• I suffered from dehydration once, in Brazil, due to severe diarrhea. I was treated in a public hospital in Boa Vista. An unfriendly, crowded, place I didn’t like at all but I was treated quickly and properly enough.
  • In Cochabamba (Bolivia) I needed to do a medical check-up and was greatly impressed by the gynecologist’s practice (private) but also the places I subsequently had to go for an ultrasound and blood tests. Highly professional.
  • In Arequipa (Peru) I visited an E.N.T. specialist (in Spanish “Head & Throat” specialist) to check up on a sudden, severe swollen thyroid. We weren’t particularly impressed with the procedures – the word ‘patience’ got a new dimension – but the work was done well by the specialist as well as by the ones who performed ultrasounds and a biopsy. As initially it appeared a tumor and possibly cancer (it wasn’t), I consulted my health insurance in the Netherlands to confirm all results by sending them the physician’s reports and all ultrasound images. I will add that it felt comforting and safe to have this second opinion from specialists in my own country where there were people I could talk with (Skype) in my own language, making sure I understood what was going on and how to interpret the results.

Read More: Medical Issues – Malaria & Dengue

Preparation for a Possible Hospitalization

  • Ask locals about the quality of doctors and hospitals in their city/region. In Brazil, for example, we’ve come across the strange situation where we told that a public hospital, in fact, was more reliable than a private one (the Boa Vista example mentioned above). Since this recommendation came from a doctor, it was trustworthy.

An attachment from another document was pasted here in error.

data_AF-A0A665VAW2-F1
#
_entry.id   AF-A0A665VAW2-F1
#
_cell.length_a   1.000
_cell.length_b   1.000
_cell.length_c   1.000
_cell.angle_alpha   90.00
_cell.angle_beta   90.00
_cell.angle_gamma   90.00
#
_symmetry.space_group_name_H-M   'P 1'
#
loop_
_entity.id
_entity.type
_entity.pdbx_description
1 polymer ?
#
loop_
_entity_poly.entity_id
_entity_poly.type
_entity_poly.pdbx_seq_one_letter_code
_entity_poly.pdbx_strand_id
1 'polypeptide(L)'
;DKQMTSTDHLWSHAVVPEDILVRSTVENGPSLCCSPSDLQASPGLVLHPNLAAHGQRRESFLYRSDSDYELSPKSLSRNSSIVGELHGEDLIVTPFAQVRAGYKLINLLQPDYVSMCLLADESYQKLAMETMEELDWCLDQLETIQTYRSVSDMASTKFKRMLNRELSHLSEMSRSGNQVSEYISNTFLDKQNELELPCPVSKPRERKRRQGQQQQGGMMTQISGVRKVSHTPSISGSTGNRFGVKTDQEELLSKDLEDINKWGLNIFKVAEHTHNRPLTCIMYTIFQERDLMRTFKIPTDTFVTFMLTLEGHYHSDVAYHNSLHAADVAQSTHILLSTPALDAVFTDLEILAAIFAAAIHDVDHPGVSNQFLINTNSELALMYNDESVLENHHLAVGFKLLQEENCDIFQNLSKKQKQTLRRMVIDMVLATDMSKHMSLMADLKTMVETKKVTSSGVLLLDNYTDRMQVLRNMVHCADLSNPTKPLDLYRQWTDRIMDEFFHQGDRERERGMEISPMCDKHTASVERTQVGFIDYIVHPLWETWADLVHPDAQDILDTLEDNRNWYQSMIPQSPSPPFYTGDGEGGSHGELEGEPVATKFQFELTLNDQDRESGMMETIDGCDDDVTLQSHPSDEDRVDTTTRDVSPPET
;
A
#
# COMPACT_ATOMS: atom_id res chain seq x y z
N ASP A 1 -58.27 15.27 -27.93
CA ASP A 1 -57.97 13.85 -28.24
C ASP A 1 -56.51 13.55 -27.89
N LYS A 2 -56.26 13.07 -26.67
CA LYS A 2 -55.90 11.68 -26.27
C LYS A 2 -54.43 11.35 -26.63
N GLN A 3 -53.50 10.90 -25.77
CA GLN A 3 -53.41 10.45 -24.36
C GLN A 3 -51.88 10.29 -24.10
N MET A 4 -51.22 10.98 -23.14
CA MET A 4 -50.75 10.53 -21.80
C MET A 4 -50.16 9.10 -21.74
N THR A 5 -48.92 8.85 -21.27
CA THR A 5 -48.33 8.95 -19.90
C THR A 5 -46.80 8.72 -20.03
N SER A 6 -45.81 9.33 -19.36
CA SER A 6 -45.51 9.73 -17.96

• Have a lot of patience when going to a hospital (well, that goes for the Netherlands as well). Expect to wait a long time, so I always bring a book.
  • Expect paperwork. Bring a passport, or some identification and expect to have to pay before any check up or surgery is done.
  • Since I have a (serious) medical record, I asked my family doctor to print that history for me, including a description of what surgery I had undergone, with dates and Latin terms for the indication. Fortunately I haven’t needed it, but to have it feels safe to have it in case same symptoms occur.
  • We have a health insurance with worldwide coverage and a 24-hour call center.

What are your experiences? We look forward to hearing other opinions and ideas on the subject. Please share them with us in the comments below so other travelers may benefit from them. Thanks.

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1 thought on “Medical Issues – Hospitals in Foreign Countries”

  1. Ha Karin-Marijke,
    Interessant verhaal, goed om te lezen. Bij welke verzekeringsmaatschappij hebben jullie je verzekerd?
    Hartelijke groet,
    Birgid